This instantly provokes one who has personally been giving enough thoughts, to seriously upon the unintended, highly objectionable and absurd consequences that any such or similar ‘deeming’ provision , more often than not, leads to. More so,should the concept of ‘deeming’ be adopted,with no rhyme of reason, or rationale behind, as is being done by the government, simplistically for roping within the tax net any ‘transaction’; which is otherwise not permissible , hence might not be sustainable,by applying the common law principles of jurisprudence.
In one’s longstanding conviction, so also as being canvassed for,one such instance of a comparatively very recent origin, in which the foregoing line of reasoning might hold good and hence requires to be pressed for relates to the ongoing struggle against the propriety and constitutional validity of levy of any tax on ‘deemed works contract’.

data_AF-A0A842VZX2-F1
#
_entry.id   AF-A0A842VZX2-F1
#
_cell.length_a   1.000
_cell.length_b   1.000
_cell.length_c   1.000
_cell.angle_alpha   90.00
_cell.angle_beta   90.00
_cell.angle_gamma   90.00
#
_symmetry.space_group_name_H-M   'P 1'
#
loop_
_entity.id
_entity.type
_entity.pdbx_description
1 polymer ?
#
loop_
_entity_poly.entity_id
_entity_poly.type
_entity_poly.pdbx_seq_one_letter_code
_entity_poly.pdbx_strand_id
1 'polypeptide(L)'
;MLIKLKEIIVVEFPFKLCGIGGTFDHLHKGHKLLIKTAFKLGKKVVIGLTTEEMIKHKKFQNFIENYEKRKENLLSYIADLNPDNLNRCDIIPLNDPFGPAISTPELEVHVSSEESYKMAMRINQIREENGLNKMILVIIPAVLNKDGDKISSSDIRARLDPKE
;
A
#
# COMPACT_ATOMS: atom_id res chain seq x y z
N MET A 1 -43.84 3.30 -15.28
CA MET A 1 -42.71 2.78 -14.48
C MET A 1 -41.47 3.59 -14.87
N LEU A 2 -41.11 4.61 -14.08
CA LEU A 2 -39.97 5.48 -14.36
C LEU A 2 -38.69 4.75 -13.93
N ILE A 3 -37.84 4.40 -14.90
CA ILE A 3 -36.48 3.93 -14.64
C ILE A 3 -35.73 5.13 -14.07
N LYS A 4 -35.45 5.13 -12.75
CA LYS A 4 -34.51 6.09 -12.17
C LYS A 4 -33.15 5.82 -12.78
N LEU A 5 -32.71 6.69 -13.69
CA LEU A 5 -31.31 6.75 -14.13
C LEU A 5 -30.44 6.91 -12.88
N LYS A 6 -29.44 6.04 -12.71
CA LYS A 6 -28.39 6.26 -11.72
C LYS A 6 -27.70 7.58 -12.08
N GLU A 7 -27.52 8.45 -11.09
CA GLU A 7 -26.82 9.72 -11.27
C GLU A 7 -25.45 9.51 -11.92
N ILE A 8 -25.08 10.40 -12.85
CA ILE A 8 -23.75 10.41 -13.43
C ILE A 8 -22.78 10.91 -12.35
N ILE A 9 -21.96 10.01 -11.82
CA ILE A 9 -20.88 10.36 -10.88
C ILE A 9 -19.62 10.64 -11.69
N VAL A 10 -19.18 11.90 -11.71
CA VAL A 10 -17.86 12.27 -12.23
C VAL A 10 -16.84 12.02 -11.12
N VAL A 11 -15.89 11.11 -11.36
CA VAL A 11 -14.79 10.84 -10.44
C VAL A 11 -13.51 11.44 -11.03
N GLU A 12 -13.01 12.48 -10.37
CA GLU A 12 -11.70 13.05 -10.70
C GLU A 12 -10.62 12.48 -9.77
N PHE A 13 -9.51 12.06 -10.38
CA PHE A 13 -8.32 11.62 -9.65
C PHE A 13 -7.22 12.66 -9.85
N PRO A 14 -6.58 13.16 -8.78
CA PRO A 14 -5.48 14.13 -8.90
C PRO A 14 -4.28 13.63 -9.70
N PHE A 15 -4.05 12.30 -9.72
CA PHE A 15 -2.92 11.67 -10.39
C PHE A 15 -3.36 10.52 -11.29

Anyone,- regardless of whether or not he is a taxpayer impacted / likely to be impacted sometime, or an advising professional,- if so care and minded to,may go through the viewpoints shared,for the common good,and available in public domain on a diligent search.
KEY Note: The urging/utmost need for doing so, has yet again arisen in the context of the GST Code, pending enactment.For knowing and getting a grip of the enormity of the problems , galore, in store for the future,on a first hand basis, a close study of the contents of the lately released Revised Model GST Law (Nov 2016)*, by one and all truly concerned,is not but unavoidable and imperative.